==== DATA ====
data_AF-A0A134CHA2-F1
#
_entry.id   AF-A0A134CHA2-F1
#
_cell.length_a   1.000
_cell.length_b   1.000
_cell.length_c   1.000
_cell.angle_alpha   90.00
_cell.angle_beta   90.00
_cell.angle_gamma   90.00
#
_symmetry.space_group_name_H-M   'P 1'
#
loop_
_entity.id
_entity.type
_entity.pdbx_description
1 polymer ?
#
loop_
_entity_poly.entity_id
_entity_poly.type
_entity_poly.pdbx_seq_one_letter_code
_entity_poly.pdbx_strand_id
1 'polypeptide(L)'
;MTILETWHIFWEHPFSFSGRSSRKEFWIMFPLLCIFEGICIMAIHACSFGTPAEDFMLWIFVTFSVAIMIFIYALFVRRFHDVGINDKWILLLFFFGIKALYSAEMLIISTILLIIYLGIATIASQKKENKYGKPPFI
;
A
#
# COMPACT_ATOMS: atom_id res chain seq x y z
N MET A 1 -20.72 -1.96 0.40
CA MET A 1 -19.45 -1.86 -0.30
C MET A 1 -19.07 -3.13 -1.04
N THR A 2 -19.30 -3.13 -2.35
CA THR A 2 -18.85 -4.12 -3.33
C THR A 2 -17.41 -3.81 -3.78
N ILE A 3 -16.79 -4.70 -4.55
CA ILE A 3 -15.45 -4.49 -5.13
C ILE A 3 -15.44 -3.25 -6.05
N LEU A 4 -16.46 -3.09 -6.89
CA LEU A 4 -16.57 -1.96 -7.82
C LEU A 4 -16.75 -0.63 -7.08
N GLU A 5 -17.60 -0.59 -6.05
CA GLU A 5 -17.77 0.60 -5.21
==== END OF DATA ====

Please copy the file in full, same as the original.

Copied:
data_AF-A0A134CHA2-F1
#
_entry.id   AF-A0A134CHA2-F1
#
_cell.length_a   1.000
_cell.length_b   1.000
_cell.length_c   1.000
_cell.angle_alpha   90.00
_cell.angle_beta   90.00
_cell.angle_gamma   90.00
#
_symmetry.space_group_name_H-M   'P 1'
#
loop_
_entity.id
_entity.type
_entity.pdbx_description
1 polymer ?
#
loop_
_entity_poly.entity_id
_entity_poly.type
_entity_poly.pdbx_seq_one_letter_code
_entity_poly.pdbx_strand_id
1 'polypeptide(L)'
;MTILETWHIFWEHPFSFSGRSSRKEFWIMFPLLCIFEGICIMAIHACSFGTPAEDFMLWIFVTFSVAIMIFIYALFVRRFHDVGINDKWILLLFFFGIKALYSAEMLIISTILLIIYLGIATIASQKKENKYGKPPFI
;
A
#
# COMPACT_ATOMS: atom_id res chain seq x y z
N MET A 1 -20.72 -1.96 0.40
CA MET A 1 -19.45 -1.86 -0.30
C MET A 1 -19.07 -3.13 -1.04
N THR A 2 -19.30 -3.13 -2.35
CA THR A 2 -18.85 -4.12 -3.33
C THR A 2 -17.41 -3.81 -3.78
N ILE A 3 -16.79 -4.70 -4.55
CA ILE A 3 -15.45 -4.49 -5.13
C ILE A 3 -15.44 -3.25 -6.05
N LEU A 4 -16.46 -3.09 -6.89
CA LEU A 4 -16.57 -1.96 -7.82
C LEU A 4 -16.75 -0.63 -7.08
N GLU A 5 -17.60 -0.59 -6.05
CA GLU A 5 -17.77 0.60 -5.21